Literally minutes of amusement:
- Chatham-Kent’s population took a shit in the latest census
- Rio Tinto takes shit on aluminium division
- Brown tax plan takes double shit
- McDonnell’s agenda takes shit in Senate
- Fabio Capello’s pride takes a shit
- Traffic light takes a shit in the snow
- Samsung takes a shit in Apple battle
- Flacco takes a shit from teammate Reed
…etc, etc, etc.
Recent headlines, edited to be from a near-future, with drones instead of dogs…
inspired by karl james’s #catsnotcuts.
I read an interesting article in the Guardian before Christmas, called "A lack of physical symptoms makes depression harder to bear."
I thought the headline was pretty accurate, and this bit makes sense:
There is a certain luxury to indulging a bout of physical illness, quite absent from my experience of periods of depression, for instance. Lying in bed, with a mug of hot Lemsip, surrounded by tissues – and sleeping dogs – thermometer gratifyingly high, cheeks flushed for additional validation. (…) There’s something unarguable about physical illness. No need for justification. You’re ill. You need to take it easy. Nobody ever asks why you’ve got flu. Flu exists and you’ve got it. End of.
With mental health problems people want to know why. With physical illness it’s different. You’re ill. It’s not a question of choice. It’s the subjective nature of mental health problems – the lack of obvious physical symptoms, the lack of a measurable temperature – that encourages self-reproach.
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a big huge space for a user to upload a prominent photo, without futzing with their profile pic proper? definitely going to see loads of charities (and let’s face it, brands) trying to convince people to put custom images up there.
i’m sure we’ll see it for meta-campaigns too…
Read this the other day after I saw it mentioned somewhere and just loved the idea. What do the competing theories of international relations have to say about a zombie apocalypse?
"Realism posits an eventual live-and-let-live arrangement between the undead and everyone else. Liberals predict an imperfect but useful counter-zombie regime. Neoconservatives believe that an aggressive and thorough military deployment would keep the undead menace at bay. Some constructivists would predict a robust pluralistic security community dedicated to preventing new zombie outbreaks and socializing existing zombies into human society.
However, bureaucratic dysfunction could trigger a total collapse in state authority. Public opinion and interest group pressure could make multilateral cooperation more difficult. And a norm cascade could trigger a world in which the biological distinctions between humans and zombies would be immaterial - everyone would act like zombies.”
You can read a blog-sized version of it here.
I made this Godspeed You! Black President streaming ambient apocalyptic audio thing. Here are a few notes on it.
Back during the 2008 U.S. election, which I followed obsessively, there was a fellow user of the Something Awful politics forum called “Godspeed You! Black President.” I thought this was a good pun (basically all my ideas are just puns) and put it in my ever-expanding list of “things that could be things.”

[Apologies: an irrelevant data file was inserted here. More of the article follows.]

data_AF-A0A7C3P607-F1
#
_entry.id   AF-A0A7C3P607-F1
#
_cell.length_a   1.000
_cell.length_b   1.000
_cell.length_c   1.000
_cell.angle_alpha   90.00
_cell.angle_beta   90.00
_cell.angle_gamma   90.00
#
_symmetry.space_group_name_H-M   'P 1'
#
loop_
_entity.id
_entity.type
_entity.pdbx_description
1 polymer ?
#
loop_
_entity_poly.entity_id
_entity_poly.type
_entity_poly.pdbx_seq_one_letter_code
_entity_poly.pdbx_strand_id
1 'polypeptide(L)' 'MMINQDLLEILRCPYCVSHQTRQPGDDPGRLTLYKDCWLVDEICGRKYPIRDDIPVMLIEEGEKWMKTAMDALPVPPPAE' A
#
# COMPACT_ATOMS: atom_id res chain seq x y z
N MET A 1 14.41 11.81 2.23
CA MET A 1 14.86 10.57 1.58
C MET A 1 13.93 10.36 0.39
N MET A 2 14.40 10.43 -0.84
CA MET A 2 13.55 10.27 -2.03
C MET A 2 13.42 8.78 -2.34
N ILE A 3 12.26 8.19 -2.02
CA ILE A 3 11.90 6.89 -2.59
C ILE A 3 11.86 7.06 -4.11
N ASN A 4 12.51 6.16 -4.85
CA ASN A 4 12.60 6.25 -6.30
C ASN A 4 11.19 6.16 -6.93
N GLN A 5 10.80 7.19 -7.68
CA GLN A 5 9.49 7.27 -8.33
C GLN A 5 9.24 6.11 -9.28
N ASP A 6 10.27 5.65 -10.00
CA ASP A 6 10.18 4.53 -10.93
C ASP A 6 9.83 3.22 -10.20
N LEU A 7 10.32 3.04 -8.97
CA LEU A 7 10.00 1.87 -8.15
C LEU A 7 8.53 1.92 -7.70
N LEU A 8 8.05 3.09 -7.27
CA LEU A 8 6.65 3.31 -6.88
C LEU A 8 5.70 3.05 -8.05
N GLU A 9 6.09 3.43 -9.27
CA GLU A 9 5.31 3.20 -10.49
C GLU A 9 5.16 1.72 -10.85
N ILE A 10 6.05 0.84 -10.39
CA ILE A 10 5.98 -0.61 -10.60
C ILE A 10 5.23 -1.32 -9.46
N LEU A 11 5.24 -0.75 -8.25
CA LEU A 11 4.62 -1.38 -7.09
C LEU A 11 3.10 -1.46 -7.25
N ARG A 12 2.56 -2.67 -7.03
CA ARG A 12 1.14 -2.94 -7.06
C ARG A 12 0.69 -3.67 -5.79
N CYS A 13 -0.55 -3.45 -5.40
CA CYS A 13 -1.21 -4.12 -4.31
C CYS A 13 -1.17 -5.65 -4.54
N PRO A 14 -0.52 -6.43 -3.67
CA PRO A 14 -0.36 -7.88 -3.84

With such rich, apocalyptic vocals (“I opened up my wallet / and it was full of blood” - mmm, financial-crisisy!) it was instantly obvious what sort-of-thing the pun should be made into.
Then I promptly forgot about it for two years or so, until You Are Listening To Los Angeles came along, mashing up ambient music with radio chatter. And I was like “right, I should probably get on with making this thing.” Actually I had this other item in my bucket list:
So I became seized with terror that every single idea I’d ever written down but failed to make was about to created by other people. A motivating thought! (Actually I’d never really thought about police radio scanners, and thought I’d have to write and record all these crackly radio reports; and then the conspiracy/ARG fan in me thought they might subtly imply this unfolding mystery and you’d sort of have to wait around to hear another clue through the static and so on and so forth and so obviously it was never gonna get done.) Also Leila Johnston had been writing a lot about making things really quickly, which helped things along.
Anyway about 7pm I sat down to do it, this is how I did it:
The current beta version of Audacity (3.1.3) lets you batch process MP3 files. I used the first 14-odd MP3s from Barack Obama’s Dreams from My Father’s audio book. Just set up a “chain” (I did “slow down” + “pitch down” + “save as MP3”, easy) and drag in the files. It spits out a folder of transformed MP3s. Nice!
In Garageband I cut out a few bits from the GY!BE album: the bits with vocals, the noisy train-station stuff, the long bits of silence between tracks, the happy-sounding bit at the end of Dead Flag Blues. Saved everything that was left to a different folder.
Then I had to make them play in a browser. I used JWplayer - you just put some files in your home directory and then you can use a plain old <embed> tag. To get the player to play a playlist of MP3s, you need a playlist file. I made one by dragging all the related files into VLC, then doing “Save Playlist…” which lets you create an XSPF file. Then I edited the XSPF files in TextEdit to change the file location of each MP3 from a local one (e.g: Users/Guy Parsons/Desktop/GYBP/BO/1.mp3) to their future internet location. (e.g: http://www.vexappeal.com/godspeedyoublackpresident/BO/1.mp3)
I got so frustrated trying to make a <div> appear in the bottom-right-hand corner of the page I gave up, kicked it old-skool, and used a <table>. (That’s just a little trick I picked up back in 2002, ain’t no thang.)
And that’s about all there was to it - 7am the next morning, I hit publish. (The night time is really the only time to work, isn’t it?)